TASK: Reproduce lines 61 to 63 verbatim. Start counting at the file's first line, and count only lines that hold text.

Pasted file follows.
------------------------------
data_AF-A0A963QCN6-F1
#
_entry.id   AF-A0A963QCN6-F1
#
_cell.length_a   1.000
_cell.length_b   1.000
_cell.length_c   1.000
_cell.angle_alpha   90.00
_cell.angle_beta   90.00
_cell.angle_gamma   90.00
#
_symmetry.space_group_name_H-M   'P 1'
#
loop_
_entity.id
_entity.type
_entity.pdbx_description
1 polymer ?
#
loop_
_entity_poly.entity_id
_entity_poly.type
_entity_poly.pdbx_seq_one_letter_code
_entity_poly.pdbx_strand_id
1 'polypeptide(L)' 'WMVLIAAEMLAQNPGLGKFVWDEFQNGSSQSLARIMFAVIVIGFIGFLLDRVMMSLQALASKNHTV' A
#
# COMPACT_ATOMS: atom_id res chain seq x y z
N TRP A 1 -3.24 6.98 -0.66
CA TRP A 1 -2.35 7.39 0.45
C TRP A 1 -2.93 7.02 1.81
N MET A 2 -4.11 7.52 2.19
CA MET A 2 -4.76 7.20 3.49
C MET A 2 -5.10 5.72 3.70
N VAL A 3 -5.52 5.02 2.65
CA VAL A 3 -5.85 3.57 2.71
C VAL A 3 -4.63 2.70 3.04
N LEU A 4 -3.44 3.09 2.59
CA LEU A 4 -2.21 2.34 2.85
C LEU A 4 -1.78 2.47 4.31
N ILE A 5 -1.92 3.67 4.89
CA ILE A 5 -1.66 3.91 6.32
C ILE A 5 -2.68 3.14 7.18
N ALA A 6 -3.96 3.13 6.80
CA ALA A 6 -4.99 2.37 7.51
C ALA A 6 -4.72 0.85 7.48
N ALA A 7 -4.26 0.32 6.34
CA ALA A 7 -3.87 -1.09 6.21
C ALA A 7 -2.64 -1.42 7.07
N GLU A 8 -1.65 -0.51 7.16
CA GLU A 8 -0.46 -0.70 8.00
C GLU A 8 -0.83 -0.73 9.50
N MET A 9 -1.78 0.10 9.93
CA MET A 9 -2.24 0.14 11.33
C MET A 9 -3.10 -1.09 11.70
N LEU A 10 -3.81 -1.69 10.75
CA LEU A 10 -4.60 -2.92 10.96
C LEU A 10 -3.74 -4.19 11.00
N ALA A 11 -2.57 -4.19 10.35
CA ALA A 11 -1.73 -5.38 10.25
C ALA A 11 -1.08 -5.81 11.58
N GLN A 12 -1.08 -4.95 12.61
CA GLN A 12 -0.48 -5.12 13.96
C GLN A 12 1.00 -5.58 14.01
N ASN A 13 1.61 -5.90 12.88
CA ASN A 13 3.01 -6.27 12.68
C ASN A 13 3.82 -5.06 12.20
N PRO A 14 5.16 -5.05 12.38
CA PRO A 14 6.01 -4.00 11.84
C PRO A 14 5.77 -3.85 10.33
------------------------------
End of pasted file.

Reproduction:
N GLN A 12 -1.08 -4.95 12.61
CA GLN A 12 -0.48 -5.12 13.96
C GLN A 12 1.00 -5.58 14.01